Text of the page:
A new report on women and pensions published by the UK's Department for Work and Pensions has highlighted the historical divides that women have faced in the pensions system, and illustrated the challenges facing women in accruing sufficient retirement savings.

The report examines how the state and private pension systems affect women, how their experiences compared to mens’, and how these systems have provided for women in the past and how this may evolve in the future.

The report says that inequalities of income in retirement cannot be tackled in isolation from inequality during working life. The government’s report found that only 30% of women at state pension age are entitled to a full basic state pension (and only 24% on the basis of their own national insurance contributions), and 2.2 million women are not accruing a basic state pension through a combination of low earning or not being in the workplace. However by 2025 it is expected that women will have the same basic state pension entitlement as men.

Commenting on the report, David Blunkett, the former minister for work and pensions, said:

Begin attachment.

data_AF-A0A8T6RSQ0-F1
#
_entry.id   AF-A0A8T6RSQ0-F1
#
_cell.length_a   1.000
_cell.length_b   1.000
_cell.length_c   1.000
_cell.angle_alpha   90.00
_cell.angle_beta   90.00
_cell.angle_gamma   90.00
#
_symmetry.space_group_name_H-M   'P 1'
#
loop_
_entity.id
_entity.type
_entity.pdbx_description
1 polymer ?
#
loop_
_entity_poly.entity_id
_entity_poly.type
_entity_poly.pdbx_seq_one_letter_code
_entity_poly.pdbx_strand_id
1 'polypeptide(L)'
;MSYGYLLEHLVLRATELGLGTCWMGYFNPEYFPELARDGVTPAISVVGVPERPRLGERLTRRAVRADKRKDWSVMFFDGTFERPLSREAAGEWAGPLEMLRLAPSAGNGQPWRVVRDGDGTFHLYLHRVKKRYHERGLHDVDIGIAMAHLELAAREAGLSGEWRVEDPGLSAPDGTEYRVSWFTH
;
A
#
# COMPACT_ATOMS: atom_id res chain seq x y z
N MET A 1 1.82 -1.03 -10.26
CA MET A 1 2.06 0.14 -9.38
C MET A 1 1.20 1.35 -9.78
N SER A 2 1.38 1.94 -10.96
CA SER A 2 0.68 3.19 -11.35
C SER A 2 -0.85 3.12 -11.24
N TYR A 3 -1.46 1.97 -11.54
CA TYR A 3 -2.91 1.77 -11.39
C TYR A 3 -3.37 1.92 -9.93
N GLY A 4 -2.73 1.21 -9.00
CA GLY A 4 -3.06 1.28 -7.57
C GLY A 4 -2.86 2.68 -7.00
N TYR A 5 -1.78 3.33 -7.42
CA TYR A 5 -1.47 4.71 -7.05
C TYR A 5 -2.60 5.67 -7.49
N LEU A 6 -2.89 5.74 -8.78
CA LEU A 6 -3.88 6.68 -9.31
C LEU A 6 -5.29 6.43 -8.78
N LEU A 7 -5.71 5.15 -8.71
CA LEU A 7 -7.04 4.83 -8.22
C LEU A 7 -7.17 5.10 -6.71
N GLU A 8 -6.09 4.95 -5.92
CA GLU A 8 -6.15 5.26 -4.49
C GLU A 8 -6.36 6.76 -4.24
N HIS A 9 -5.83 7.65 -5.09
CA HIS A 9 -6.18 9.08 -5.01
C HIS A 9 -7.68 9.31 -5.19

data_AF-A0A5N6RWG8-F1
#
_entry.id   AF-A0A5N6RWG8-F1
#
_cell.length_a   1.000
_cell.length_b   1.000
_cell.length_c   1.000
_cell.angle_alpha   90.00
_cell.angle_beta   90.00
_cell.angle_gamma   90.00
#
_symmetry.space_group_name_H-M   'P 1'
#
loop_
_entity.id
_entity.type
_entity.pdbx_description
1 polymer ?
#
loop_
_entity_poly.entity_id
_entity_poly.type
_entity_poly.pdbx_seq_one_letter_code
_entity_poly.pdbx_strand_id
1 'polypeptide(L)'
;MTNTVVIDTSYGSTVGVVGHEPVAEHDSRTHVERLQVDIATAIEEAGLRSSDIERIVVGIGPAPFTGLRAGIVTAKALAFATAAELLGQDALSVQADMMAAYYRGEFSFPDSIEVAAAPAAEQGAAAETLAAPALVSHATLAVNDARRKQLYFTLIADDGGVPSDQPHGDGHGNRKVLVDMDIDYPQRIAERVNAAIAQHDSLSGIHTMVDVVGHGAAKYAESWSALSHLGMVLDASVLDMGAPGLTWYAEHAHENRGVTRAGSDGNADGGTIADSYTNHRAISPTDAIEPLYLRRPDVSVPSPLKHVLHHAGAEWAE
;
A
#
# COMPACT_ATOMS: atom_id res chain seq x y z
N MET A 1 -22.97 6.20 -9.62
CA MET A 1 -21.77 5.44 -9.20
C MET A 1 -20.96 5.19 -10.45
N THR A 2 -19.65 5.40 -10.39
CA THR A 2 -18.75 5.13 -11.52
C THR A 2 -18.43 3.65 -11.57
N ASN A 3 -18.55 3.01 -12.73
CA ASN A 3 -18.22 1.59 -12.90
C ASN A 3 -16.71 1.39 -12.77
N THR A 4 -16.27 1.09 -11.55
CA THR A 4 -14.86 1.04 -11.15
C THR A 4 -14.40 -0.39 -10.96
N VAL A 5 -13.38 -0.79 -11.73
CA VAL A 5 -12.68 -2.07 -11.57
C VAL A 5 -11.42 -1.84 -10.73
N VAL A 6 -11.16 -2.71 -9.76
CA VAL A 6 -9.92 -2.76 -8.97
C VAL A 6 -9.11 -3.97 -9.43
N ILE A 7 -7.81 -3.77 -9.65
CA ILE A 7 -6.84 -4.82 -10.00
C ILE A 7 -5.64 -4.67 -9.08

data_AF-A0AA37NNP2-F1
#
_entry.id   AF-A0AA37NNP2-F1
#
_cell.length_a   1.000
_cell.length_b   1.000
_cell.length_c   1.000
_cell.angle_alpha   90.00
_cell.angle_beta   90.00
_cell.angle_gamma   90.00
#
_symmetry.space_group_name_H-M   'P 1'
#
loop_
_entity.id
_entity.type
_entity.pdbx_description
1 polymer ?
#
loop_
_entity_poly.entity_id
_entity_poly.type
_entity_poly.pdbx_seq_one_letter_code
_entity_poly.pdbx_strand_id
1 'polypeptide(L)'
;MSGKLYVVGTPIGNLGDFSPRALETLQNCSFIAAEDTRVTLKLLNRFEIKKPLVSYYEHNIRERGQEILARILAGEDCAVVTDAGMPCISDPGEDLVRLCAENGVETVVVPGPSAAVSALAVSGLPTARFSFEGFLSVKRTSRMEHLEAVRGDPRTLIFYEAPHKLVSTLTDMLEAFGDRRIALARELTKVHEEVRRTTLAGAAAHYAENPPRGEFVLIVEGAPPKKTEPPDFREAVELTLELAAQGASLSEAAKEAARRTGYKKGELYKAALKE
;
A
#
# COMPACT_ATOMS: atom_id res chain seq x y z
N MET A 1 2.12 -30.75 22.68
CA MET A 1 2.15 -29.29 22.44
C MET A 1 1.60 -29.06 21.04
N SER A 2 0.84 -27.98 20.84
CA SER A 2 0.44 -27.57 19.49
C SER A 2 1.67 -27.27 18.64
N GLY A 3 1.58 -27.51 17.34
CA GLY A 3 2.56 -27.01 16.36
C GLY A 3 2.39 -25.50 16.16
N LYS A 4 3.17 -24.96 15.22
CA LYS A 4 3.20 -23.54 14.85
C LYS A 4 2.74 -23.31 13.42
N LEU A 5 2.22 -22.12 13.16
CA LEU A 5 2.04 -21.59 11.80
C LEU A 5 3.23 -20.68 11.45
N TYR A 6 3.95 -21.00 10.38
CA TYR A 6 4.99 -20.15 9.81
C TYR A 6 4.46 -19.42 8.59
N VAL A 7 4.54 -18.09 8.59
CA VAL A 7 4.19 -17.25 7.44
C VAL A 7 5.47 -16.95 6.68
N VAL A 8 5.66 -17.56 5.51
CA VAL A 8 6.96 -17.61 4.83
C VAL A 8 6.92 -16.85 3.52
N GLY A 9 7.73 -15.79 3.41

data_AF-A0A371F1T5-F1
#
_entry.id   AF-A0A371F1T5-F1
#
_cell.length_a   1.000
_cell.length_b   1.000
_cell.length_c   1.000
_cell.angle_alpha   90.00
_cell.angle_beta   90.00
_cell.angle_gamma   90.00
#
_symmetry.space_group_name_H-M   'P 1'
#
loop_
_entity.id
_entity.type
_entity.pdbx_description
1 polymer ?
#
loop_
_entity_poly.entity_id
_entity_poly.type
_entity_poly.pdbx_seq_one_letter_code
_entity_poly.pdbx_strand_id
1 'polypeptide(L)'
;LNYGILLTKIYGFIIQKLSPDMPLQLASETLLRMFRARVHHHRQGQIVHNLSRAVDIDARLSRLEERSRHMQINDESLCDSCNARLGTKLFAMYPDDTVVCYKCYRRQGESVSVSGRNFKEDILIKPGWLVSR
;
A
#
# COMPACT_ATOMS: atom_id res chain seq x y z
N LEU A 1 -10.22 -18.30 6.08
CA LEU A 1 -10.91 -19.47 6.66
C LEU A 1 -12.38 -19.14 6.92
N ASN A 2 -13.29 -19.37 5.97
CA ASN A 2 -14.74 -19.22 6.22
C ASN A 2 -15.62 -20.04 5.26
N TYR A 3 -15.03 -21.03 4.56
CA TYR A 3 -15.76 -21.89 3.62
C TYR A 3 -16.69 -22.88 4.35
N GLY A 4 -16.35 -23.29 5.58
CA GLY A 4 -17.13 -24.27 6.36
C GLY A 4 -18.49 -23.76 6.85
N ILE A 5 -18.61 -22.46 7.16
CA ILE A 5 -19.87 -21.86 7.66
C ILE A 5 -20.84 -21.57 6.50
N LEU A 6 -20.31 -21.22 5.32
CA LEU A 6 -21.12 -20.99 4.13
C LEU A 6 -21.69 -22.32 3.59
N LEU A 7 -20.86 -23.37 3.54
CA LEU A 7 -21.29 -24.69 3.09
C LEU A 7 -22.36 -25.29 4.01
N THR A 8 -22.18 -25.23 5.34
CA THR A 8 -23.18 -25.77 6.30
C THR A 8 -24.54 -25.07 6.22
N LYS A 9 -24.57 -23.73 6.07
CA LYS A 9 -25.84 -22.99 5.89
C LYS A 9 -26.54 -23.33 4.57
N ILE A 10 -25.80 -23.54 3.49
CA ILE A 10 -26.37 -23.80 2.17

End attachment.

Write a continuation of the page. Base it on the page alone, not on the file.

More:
This analysis will bring into sharp focus the reality facing many women as regards their pension provision. This provides us with a platform that will enable not only government, but stakeholders and industry to bring forward the solutions that will ensure the pensions system is better able to reflect the world we live in today and the role that women play in it.

Meanwhile, the minister for women Tessa Jowell commented that, the role of women in society and in the workplace has changed dramatically since the war and this change is now reflected in most of our institutions, inside and outside of work. Ms Jowell added that the current pension provision for women was based on an outdated notion of women relying on their husbands for their retirement income.